Half (50%) of working fathers believe that flexible working is perceived as a sign of a lack of commitment to their role, according to research from My Family Care, published in June 2015.
The My Family Care fathers’ survey had 1,030 respondents in total: 1,000 fathers took part in the survey online and 30 working fathers were interviewed face-to-face. The research revealed that nearly two-thirds (60%) of those surveyed do not have a working pattern that suits them.
The research also found:
- Just 20% have seen shared parental leave impact their organisation, but 49% of fathers planning to have another child are open to the idea of sharing parental leave.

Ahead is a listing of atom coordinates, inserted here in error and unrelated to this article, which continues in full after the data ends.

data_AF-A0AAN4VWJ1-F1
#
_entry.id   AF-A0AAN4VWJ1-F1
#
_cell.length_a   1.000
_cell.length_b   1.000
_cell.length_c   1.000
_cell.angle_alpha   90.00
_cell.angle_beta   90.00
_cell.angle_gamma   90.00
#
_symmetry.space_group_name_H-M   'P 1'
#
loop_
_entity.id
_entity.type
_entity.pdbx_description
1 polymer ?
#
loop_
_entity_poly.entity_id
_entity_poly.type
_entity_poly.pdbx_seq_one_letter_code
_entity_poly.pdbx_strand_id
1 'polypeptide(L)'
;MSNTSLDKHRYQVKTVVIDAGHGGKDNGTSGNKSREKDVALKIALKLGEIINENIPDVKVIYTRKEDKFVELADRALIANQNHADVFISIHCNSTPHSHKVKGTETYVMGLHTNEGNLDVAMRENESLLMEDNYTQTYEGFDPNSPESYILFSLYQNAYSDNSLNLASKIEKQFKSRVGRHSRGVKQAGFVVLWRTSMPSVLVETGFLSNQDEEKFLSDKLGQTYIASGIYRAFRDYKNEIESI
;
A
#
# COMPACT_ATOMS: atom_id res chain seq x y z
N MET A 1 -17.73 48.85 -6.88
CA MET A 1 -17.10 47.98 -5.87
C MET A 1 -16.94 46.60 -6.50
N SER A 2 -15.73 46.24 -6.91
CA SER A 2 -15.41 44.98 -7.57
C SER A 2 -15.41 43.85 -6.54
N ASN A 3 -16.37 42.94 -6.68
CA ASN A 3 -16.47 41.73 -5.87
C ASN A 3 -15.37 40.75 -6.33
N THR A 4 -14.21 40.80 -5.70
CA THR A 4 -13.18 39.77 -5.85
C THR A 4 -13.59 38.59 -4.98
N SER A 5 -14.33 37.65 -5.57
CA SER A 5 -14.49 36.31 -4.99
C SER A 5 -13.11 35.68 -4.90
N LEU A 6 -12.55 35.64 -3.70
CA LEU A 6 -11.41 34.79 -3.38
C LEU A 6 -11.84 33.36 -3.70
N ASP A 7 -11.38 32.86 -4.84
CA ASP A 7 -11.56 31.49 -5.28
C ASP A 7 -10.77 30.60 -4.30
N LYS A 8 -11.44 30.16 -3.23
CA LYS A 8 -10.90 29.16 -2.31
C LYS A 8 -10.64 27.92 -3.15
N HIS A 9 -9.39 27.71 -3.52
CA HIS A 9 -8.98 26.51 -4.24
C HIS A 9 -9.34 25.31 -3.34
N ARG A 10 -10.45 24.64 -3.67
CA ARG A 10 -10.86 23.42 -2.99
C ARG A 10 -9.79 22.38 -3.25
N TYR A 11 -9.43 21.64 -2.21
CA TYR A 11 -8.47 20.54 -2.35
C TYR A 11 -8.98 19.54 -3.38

- Around a quarter (28%) of respondents say they are unhappy with their current work-life balance.
- 53% say they want to work in a different way to their current working pattern, either by having the ability to work remotely from home or leave the office an hour earlier.
- 42% of respondents worry that flexible working will affect their career progression.
Ben Black, director of My Family Care, said: “Today, two out of three mothers are in employment. This means that once the maternity leave period of parenthood comes to an end, many working couples share childcare responsibilities equally.
“As a result the role of the father has changed dramatically over the last 20 years and they want more flexibility and understanding from their employer.
“They are afraid to ask because of the perceived stigma and impact on their careers. In order to keep their workforce engaged and retain their best talent, businesses need to overcome generational differences and tackle the problems head on. An engaged workforce is a productive workforce. ”